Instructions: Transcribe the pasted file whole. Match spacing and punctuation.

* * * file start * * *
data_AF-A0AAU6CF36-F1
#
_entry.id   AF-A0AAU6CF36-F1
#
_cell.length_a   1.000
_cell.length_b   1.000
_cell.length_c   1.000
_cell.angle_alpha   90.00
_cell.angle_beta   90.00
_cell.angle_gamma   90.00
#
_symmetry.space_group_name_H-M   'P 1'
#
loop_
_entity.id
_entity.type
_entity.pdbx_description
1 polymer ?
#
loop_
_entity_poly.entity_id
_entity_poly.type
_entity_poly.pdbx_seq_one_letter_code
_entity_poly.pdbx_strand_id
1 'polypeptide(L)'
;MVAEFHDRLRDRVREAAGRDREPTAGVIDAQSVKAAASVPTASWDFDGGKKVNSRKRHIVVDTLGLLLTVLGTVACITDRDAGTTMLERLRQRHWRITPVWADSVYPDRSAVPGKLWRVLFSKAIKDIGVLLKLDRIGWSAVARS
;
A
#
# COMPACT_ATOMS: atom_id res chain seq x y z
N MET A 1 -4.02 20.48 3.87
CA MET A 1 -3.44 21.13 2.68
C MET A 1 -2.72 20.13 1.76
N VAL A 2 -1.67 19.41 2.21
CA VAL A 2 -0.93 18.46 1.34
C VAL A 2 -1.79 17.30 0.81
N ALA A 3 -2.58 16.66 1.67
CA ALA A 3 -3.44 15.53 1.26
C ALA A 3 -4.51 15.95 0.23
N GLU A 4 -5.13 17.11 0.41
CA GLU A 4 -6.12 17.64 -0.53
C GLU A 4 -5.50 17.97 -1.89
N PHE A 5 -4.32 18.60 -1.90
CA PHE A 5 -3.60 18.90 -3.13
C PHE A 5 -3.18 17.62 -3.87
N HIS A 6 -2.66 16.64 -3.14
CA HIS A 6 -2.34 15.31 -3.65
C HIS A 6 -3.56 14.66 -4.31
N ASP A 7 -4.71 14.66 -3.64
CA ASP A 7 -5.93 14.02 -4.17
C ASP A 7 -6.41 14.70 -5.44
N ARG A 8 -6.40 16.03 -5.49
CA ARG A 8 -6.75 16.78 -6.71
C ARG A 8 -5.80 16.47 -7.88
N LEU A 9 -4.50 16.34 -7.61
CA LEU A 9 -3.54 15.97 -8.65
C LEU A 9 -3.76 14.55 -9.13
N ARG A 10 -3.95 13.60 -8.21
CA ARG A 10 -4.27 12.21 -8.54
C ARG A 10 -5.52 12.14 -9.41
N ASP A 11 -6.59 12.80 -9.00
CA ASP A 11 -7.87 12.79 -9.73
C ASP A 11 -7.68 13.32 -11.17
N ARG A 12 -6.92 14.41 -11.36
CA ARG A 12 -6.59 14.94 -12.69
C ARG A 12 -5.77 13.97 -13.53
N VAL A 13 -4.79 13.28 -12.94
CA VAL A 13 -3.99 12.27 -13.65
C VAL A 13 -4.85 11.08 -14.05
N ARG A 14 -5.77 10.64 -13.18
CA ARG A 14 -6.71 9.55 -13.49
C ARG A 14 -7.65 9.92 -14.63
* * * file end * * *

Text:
data_AF-A0AAU6CF36-F1
#
_entry.id   AF-A0AAU6CF36-F1
#
_cell.length_a   1.000
_cell.length_b   1.000
_cell.length_c   1.000
_cell.angle_alpha   90.00
_cell.angle_beta   90.00
_cell.angle_gamma   90.00
#
_symmetry.space_group_name_H-M   'P 1'
#
loop_
_entity.id
_entity.type
_entity.pdbx_description
1 polymer ?
#
loop_
_entity_poly.entity_id
_entity_poly.type
_entity_poly.pdbx_seq_one_letter_code
_entity_poly.pdbx_strand_id
1 'polypeptide(L)'
;MVAEFHDRLRDRVREAAGRDREPTAGVIDAQSVKAAASVPTASWDFDGGKKVNSRKRHIVVDTLGLLLTVLGTVACITDRDAGTTMLERLRQRHWRITPVWADSVYPDRSAVPGKLWRVLFSKAIKDIGVLLKLDRIGWSAVARS
;
A
#
# COMPACT_ATOMS: atom_id res chain seq x y z
N MET A 1 -4.02 20.48 3.87
CA MET A 1 -3.44 21.13 2.68
C MET A 1 -2.72 20.13 1.76
N VAL A 2 -1.67 19.41 2.21
CA VAL A 2 -0.93 18.46 1.34
C VAL A 2 -1.79 17.30 0.81
N ALA A 3 -2.58 16.66 1.67
CA ALA A 3 -3.44 15.53 1.26
C ALA A 3 -4.51 15.95 0.23
N GLU A 4 -5.13 17.11 0.41
CA GLU A 4 -6.12 17.64 -0.53
C GLU A 4 -5.50 17.97 -1.89
N PHE A 5 -4.32 18.60 -1.90
CA PHE A 5 -3.60 18.90 -3.13
C PHE A 5 -3.18 17.62 -3.87
N HIS A 6 -2.66 16.64 -3.14
CA HIS A 6 -2.34 15.31 -3.65
C HIS A 6 -3.56 14.66 -4.31
N ASP A 7 -4.71 14.66 -3.64
CA ASP A 7 -5.93 14.02 -4.17
C ASP A 7 -6.41 14.70 -5.44
N ARG A 8 -6.40 16.03 -5.49
CA ARG A 8 -6.75 16.78 -6.71
C ARG A 8 -5.80 16.47 -7.88
N LEU A 9 -4.50 16.34 -7.61
CA LEU A 9 -3.54 15.97 -8.65
C LEU A 9 -3.76 14.55 -9.13
N ARG A 10 -3.95 13.60 -8.21
CA ARG A 10 -4.27 12.21 -8.54
C ARG A 10 -5.52 12.14 -9.41
N ASP A 11 -6.59 12.80 -9.00
CA ASP A 11 -7.87 12.79 -9.73
C ASP A 11 -7.68 13.32 -11.17
N ARG A 12 -6.92 14.41 -11.36
CA ARG A 12 -6.59 14.94 -12.69
C ARG A 12 -5.77 13.97 -13.53
N VAL A 13 -4.79 13.28 -12.94
CA VAL A 13 -3.99 12.27 -13.65
C VAL A 13 -4.85 11.08 -14.05
N ARG A 14 -5.77 10.64 -13.18
CA ARG A 14 -6.71 9.55 -13.49
C ARG A 14 -7.65 9.92 -14.63